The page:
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Old 12th January 2020
Lives for gear

Originally Posted by David Spearritt View Post
So humor me here. We have a gig where there is no sound check or time for a sound check in a totally unfamiliar hall. Low budget gig. Low budget sound expected.

A stereo main pair array between 3 to 4m from the ensemble and 3 to 4 m in the air will work. We all know that.
The availability of 3-4 metres behind the ensemble is a desirable, reasonable expectation....but any number of audience seating or hall mgt constraints can render that impossible...and that's where the 4 mic bar kicks in.

Even if 'low budget sound' is expected, why settle for such easy, low hanging fruit...when a blend of 2 pairs may have the capability of extracting more from the room than a single pair, with no necessary recourse to plug in reverb or eq or compression as you might with a textbook single pair.

If the pairs are located correctly on the bar, so that each pair is throwing a complementary stereo image to its partner, you do have the option to use some (or no ) blend, as deemed necessary. My experience is that it's never 50/50....more like 70/30, 80/20 or 90/10. If the directional pair are giving most of what's necessary, but a sense of bass extension/foundation and ambience are deficient, it's possible to use selective filtering of the Omni pair to provide that component only, as per Jim's description in post #7 ...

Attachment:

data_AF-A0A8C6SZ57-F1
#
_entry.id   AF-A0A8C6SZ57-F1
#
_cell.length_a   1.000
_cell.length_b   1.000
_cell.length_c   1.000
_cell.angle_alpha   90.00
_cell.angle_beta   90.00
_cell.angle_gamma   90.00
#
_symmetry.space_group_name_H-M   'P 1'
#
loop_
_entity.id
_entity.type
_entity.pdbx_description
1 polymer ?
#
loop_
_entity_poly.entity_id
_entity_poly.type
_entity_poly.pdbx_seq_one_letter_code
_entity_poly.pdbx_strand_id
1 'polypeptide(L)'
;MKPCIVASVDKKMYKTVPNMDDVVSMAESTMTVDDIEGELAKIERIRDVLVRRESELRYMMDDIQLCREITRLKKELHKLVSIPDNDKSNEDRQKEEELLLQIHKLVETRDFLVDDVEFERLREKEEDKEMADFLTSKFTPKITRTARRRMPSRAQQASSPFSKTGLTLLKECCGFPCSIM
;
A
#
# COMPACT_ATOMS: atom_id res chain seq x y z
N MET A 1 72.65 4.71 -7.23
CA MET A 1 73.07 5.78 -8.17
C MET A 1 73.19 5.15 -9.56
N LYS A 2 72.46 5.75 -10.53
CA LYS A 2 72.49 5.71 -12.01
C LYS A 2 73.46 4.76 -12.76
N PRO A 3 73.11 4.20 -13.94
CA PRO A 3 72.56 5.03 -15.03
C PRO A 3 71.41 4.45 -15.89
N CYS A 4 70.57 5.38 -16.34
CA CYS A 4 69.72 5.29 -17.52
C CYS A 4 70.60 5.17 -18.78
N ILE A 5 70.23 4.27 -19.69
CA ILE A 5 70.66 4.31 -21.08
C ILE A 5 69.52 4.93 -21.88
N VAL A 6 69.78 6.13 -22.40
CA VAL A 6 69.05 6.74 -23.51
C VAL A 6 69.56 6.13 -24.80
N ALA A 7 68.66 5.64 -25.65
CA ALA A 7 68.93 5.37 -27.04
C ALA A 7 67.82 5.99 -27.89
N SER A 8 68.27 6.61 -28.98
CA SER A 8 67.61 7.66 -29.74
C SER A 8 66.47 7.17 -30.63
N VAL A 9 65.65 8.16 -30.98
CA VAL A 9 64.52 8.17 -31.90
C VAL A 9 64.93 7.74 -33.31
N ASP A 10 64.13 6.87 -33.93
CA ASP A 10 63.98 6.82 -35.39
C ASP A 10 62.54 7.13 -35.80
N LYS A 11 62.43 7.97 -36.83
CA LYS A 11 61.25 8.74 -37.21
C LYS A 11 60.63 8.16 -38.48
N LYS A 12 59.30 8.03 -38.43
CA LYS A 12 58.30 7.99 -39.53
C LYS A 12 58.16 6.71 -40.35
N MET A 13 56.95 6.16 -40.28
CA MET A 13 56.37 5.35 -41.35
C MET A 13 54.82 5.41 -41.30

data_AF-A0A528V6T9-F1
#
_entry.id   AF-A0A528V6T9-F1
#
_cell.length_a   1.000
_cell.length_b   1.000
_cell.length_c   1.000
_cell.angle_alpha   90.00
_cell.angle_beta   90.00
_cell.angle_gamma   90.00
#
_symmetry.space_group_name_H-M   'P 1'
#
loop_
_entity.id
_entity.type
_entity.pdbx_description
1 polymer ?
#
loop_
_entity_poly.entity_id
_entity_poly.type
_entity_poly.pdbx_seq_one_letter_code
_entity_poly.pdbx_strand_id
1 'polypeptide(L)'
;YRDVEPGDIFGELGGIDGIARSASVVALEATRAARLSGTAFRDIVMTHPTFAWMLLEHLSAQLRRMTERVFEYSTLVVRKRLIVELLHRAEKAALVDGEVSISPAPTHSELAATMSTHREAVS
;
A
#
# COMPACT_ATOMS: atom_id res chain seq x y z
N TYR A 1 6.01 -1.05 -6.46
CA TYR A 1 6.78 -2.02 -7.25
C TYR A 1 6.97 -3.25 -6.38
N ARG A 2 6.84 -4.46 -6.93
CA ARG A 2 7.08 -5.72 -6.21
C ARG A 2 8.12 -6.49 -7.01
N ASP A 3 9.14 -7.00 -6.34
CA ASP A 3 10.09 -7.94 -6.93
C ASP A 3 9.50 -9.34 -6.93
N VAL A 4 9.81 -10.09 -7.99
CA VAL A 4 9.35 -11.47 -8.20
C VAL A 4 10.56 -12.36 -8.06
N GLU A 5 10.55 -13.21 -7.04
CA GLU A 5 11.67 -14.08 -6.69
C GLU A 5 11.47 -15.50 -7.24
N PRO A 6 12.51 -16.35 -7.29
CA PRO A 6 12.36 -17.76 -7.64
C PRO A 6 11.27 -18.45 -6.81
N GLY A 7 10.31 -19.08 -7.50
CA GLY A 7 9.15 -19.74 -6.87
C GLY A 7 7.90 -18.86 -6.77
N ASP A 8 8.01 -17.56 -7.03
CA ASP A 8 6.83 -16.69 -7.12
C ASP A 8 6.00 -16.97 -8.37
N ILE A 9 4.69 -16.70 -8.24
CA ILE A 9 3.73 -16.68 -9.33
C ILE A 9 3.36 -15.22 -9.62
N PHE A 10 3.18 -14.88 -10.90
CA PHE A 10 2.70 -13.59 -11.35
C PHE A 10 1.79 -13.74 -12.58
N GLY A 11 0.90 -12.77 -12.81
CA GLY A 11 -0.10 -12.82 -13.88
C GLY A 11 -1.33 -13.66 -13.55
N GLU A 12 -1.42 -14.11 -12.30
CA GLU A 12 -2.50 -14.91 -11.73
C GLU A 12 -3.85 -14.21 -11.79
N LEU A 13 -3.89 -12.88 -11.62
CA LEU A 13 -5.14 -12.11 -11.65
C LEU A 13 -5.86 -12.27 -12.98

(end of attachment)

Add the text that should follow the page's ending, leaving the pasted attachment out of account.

I'd argue it has more in common with a Decca Tree than differences from it: both are spaced, phased arrays, both probably don't augur well from a purely mathematical, theoretical standpoint...but they are empirical responses to practical situations (and they work !)